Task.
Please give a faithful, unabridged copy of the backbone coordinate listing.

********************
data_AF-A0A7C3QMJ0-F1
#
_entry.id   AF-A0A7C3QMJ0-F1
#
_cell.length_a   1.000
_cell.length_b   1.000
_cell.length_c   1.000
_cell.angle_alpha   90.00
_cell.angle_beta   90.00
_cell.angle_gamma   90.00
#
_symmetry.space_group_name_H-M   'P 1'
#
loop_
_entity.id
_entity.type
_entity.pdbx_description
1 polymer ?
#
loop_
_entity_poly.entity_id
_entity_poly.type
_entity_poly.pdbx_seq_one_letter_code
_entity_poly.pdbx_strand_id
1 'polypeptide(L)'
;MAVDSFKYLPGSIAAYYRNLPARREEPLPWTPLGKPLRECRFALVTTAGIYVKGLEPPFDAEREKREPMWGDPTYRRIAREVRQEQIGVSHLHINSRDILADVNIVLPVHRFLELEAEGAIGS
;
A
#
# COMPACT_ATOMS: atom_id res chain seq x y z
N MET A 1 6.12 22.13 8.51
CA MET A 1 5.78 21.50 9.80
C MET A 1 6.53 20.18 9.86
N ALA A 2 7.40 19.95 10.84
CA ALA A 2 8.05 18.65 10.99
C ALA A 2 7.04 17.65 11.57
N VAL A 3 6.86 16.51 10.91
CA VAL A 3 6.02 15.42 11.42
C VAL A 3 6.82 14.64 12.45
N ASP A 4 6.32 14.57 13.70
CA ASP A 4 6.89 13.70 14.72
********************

data_AF-A0A7C3QMJ0-F1
#
_entry.id   AF-A0A7C3QMJ0-F1
#
_cell.length_a   1.000
_cell.length_b   1.000
_cell.length_c   1.000
_cell.angle_alpha   90.00
_cell.angle_beta   90.00
_cell.angle_gamma   90.00
#
_symmetry.space_group_name_H-M   'P 1'
#
loop_
_entity.id
_entity.type
_entity.pdbx_description
1 polymer ?
#
loop_
_entity_poly.entity_id
_entity_poly.type
_entity_poly.pdbx_seq_one_letter_code
_entity_poly.pdbx_strand_id
1 'polypeptide(L)'
;MAVDSFKYLPGSIAAYYRNLPARREEPLPWTPLGKPLRECRFALVTTAGIYVKGLEPPFDAEREKREPMWGDPTYRRIAREVRQEQIGVSHLHINSRDILADVNIVLPVHRFLELEAEGAIGS
;
A
#
# COMPACT_ATOMS: atom_id res chain seq x y z
N MET A 1 6.12 22.13 8.51
CA MET A 1 5.78 21.50 9.80
C MET A 1 6.53 20.18 9.86
N ALA A 2 7.40 19.95 10.84
CA ALA A 2 8.05 18.65 10.99
C ALA A 2 7.04 17.65 11.57
N VAL A 3 6.86 16.51 10.91
CA VAL A 3 6.02 15.42 11.42
C VAL A 3 6.82 14.64 12.45
N ASP A 4 6.32 14.57 13.70
CA ASP A 4 6.89 13.70 14.72